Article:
managerial, supervisory, or confidential employee and do not include the right to retain
any supervisory or management responsibility.
4.67.060 Public housekeeping training.
(a) The City manager, or designee, shall establish a process whereby an
organization may become certified by the City as a “Public Housekeeping Training
(b) In order to become certified as a Public Housekeeping Training
Organization, an organization shall meet requirements set forth by the City manager, or
designee, that shall include but not be limited to the following:
(1) A Public Housekeeping Training Organization must have
experience providing training to hotel workers or immigrant low-wage workers,
utilize interactive teaching strategies that engage across multiple literacy levels,
and provide trainers and educators who are culturally competent and fluent in the
language or languages that hotel workers understand.
(2) A Public Housekeeping Training Organization shall offer a “Public
Housekeeping Training Program” that includes no less than six hours of training,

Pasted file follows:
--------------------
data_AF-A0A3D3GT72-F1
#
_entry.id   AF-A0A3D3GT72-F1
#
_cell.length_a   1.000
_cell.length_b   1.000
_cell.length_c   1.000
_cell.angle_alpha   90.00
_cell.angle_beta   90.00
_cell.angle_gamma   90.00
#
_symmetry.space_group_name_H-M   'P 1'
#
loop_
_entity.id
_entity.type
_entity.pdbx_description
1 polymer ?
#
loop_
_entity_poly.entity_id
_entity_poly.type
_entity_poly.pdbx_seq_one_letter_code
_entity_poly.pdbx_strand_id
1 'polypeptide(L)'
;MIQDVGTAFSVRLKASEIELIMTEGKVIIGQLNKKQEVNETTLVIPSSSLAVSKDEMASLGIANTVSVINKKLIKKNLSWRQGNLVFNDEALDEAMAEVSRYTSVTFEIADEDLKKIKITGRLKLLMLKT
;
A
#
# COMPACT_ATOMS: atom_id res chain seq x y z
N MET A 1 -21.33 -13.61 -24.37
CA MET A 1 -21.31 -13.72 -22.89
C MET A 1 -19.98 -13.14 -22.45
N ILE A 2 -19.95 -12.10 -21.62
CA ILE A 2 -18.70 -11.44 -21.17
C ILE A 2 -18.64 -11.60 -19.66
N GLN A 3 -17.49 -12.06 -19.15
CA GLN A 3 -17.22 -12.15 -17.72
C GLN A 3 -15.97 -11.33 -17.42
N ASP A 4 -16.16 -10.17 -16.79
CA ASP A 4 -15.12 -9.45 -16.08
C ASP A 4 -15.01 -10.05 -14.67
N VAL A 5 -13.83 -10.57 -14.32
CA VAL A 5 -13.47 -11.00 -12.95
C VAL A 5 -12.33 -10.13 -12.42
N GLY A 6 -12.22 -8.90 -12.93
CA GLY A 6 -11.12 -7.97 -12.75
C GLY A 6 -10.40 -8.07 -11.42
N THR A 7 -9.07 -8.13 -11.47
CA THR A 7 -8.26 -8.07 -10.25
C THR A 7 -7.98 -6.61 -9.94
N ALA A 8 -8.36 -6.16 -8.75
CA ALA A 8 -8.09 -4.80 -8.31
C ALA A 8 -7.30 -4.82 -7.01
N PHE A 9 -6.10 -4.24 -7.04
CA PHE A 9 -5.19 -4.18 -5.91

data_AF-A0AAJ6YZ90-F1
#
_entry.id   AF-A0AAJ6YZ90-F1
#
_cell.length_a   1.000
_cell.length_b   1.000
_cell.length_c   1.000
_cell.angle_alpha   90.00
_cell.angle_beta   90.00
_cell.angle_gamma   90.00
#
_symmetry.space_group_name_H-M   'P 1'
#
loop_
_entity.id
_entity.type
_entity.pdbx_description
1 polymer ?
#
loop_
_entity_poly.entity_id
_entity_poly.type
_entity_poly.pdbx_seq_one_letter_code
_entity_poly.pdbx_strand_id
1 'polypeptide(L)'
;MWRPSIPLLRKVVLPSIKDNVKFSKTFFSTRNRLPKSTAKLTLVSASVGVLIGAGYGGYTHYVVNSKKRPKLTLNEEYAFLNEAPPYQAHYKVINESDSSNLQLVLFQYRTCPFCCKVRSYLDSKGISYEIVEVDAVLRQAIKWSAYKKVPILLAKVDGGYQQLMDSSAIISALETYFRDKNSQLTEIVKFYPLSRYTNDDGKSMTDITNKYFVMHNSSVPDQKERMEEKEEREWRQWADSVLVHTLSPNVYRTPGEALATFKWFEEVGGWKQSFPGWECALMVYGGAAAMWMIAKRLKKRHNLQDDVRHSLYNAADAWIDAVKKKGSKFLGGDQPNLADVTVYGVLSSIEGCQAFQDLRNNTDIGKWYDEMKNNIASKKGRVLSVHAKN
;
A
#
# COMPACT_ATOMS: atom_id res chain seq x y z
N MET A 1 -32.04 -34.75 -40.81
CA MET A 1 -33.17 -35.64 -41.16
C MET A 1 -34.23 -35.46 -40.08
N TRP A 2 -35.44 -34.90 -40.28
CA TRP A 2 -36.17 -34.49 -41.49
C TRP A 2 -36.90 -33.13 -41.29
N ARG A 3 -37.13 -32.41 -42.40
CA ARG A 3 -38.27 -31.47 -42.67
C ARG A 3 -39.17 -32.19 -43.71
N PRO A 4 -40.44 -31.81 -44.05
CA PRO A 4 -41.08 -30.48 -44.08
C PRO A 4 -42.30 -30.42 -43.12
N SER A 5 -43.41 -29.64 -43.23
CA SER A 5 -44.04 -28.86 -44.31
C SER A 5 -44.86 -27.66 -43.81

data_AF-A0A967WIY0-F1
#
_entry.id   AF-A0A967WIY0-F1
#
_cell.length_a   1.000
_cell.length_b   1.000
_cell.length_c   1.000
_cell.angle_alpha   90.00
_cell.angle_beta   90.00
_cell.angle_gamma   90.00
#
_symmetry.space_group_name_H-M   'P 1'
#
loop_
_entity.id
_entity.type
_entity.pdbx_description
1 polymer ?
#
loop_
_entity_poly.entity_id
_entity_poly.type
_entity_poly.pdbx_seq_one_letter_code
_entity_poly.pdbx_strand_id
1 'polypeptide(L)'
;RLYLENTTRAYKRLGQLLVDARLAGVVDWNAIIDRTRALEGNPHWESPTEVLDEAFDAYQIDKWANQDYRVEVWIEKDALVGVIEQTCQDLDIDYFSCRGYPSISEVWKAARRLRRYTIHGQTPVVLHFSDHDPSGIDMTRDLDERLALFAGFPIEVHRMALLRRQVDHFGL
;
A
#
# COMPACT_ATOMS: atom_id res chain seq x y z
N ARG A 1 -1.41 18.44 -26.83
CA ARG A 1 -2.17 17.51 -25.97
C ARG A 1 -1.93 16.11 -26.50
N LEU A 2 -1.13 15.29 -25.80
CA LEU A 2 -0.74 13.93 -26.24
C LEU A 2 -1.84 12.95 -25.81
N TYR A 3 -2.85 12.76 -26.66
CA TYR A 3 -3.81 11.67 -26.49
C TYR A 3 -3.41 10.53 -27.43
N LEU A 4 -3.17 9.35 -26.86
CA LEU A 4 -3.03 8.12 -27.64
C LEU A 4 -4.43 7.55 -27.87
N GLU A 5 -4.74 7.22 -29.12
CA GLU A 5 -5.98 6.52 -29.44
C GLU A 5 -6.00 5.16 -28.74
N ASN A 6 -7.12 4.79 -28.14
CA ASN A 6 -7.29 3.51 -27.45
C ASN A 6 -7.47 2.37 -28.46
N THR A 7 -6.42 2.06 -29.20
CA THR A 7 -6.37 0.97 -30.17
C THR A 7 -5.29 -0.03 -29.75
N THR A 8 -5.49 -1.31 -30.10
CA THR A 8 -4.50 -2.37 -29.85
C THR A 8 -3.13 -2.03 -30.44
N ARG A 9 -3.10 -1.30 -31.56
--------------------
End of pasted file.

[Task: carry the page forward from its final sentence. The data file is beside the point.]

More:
including live and interactive instruction, on the following elements, except that
the City manager, or designee, may determine that any element below is
separately and sufficiently required by State or local law, in which case the
element may be eliminated and the total training time reduced accordingly:
(A) hotel worker rights and hotel employer responsibilities under
this chapter and Chapter 4.63 of this Code;14
(B) best practices for identifying and responding to suspected
instances of human trafficking, domestic violence, or violent or threatening
(C) best practices for effective cleaning techniques to prevent
the spread of disease;
(D) best practices for identifying and avoiding insect or vermin
(E) best practices for identifying and responding to the presence
of other potential criminal activity.
(3) A Public Housekeeping Training Organization may coordinate with